COLUMBIA — Chinese investors are backing an MU research start-up that wants to market medical innovations, including a dental tool that painlessly cleans cavities, plasma-coated coronary stents and super-strong bone implant materials.
A Chinese firm announced Tuesday that it will invest $6 million in Nanova Inc., a local high-tech biomaterials firm started by MU engineering faculty that designs, patents and sells medical devices.
The investors from Changzhou, China, as well as MU and Columbia officials, have forged a collaboration to foster economic growth for both regions. The Chinese company, Summitview Capital, will help commercialize Nanova's products.
Nanova was founded on the MU campus in 2005 to design groundbreaking orthopedic, dental, cardiovascular and other devices for niche markets. The company has been focused on research and development and now wants to bring its products to a wide market.
Initially, Nanova was funded by the National Science Foundation and the National Institutes of Health while mechanical and aerospace engineers at MU developed the medical and dental products. The investment from Summitview Capital is intended to help turn their research into a viable commercial enterprise.
The MU research team includes Hao Li, a founder of Nanova and associate professor of engineering at MU; Qingsong Yu, associate professor of mechanical and aerospace engineering; and Meng Chen, chief scientist from Nanova Inc.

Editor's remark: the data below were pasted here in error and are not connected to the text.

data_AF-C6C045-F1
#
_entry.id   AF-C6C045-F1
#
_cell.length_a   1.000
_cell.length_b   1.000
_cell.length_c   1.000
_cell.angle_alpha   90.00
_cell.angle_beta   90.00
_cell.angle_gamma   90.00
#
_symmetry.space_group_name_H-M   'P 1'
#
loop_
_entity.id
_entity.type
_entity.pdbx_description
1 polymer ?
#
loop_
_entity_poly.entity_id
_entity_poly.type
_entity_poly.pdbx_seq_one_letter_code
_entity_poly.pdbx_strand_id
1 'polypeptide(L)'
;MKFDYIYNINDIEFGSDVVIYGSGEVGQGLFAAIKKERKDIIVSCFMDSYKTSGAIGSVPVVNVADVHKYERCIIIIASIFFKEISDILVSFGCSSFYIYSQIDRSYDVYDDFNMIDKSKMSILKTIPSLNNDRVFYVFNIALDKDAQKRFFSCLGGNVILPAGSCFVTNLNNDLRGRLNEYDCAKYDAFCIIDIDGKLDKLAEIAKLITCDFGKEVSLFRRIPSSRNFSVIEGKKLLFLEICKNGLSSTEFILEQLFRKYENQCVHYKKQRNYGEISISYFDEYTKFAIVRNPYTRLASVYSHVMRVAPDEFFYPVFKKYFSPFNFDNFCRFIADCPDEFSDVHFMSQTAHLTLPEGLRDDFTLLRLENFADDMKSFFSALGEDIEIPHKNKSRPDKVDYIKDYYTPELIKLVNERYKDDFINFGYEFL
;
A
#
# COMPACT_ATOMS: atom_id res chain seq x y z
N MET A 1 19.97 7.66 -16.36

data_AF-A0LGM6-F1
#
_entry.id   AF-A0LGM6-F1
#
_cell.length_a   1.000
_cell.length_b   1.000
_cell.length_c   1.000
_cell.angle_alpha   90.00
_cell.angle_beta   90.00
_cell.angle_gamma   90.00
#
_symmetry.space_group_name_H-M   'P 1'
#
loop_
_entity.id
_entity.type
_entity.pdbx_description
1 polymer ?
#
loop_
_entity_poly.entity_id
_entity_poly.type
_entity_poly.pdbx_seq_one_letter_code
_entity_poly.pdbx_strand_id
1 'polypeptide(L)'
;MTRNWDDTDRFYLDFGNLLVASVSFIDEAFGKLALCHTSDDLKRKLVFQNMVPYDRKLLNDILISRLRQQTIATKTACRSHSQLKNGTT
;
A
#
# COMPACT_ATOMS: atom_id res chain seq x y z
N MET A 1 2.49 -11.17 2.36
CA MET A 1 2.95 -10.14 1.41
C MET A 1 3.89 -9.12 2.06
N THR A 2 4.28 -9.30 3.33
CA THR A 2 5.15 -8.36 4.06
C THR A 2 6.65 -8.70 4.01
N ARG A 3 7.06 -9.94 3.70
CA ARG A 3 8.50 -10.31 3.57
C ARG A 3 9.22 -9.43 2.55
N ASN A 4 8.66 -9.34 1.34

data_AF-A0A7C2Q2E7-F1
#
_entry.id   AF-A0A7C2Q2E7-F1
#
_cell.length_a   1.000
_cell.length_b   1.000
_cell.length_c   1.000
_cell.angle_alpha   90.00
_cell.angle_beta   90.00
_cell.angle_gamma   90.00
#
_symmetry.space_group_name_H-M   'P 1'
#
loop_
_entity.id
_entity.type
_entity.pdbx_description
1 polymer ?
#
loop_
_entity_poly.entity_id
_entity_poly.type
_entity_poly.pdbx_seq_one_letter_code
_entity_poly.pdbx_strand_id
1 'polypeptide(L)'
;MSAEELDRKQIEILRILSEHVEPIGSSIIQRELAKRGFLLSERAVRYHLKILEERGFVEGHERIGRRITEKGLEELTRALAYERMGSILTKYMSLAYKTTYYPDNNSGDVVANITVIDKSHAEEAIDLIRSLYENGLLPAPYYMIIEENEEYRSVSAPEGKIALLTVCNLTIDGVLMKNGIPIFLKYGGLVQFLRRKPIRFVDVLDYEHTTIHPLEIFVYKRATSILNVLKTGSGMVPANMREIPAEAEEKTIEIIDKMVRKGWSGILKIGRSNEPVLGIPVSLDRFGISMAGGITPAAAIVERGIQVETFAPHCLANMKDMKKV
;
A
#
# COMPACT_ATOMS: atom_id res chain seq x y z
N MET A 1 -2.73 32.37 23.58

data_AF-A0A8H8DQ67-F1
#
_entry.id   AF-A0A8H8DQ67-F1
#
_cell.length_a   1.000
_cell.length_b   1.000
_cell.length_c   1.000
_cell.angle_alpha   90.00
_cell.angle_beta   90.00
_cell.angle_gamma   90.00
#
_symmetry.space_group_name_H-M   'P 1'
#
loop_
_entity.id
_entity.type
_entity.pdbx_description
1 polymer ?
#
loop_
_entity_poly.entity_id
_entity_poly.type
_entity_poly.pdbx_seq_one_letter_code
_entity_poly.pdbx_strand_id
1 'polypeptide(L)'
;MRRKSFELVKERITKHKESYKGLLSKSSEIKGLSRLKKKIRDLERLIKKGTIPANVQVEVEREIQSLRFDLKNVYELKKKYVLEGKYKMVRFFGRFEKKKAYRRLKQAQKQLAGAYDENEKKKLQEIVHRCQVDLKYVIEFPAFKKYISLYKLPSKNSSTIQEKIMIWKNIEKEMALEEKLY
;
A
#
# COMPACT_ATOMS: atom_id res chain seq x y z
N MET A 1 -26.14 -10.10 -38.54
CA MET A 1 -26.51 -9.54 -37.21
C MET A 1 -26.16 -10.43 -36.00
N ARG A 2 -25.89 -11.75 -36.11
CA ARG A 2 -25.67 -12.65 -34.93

“We want to be a bridge between the United States and China,” Li said.
Among the most promising products is the cold plasma dental brush, which uses chemical reactions to disinfect and clean cavities for fillings in 30 seconds.
Clinical trials on the dental plasma brush are expected to be completed this June, according to clinicaltrials.gov, which tracks public and private studies on a wide range of diseases and conditions.
The brush uses plasma to painlessly repair teeth with longer-lasting bonding material, according to the researchers. Certain types of cavities have a short restoration period, causing fillings to fall out. The brush modifies the tooth to allow the filling to better adhere to the surface.
After the clinical trials are completed and reviewed, the next step would be to produce and distribute the products in both China and America.
In 2011, China was Missouri’s third-largest destination for exports, purchasing $1.2 billion in Missouri-made goods, according to the Missouri Department of Economic Development.
The Chinese visitors said Tuesday they were impressed with MU and Columbia.
“The academic atmosphere at the university gives me great hope for the future of our collaboration,” said Bin Zhou, speaking through a translator on behalf of the Chinese delegation.
Zhou said he looked forward to seeing the collaboration benefit both cities.
“Through our sincere cooperation, our futures will be very bright.”
Supervising editor is Jeanne Abbott.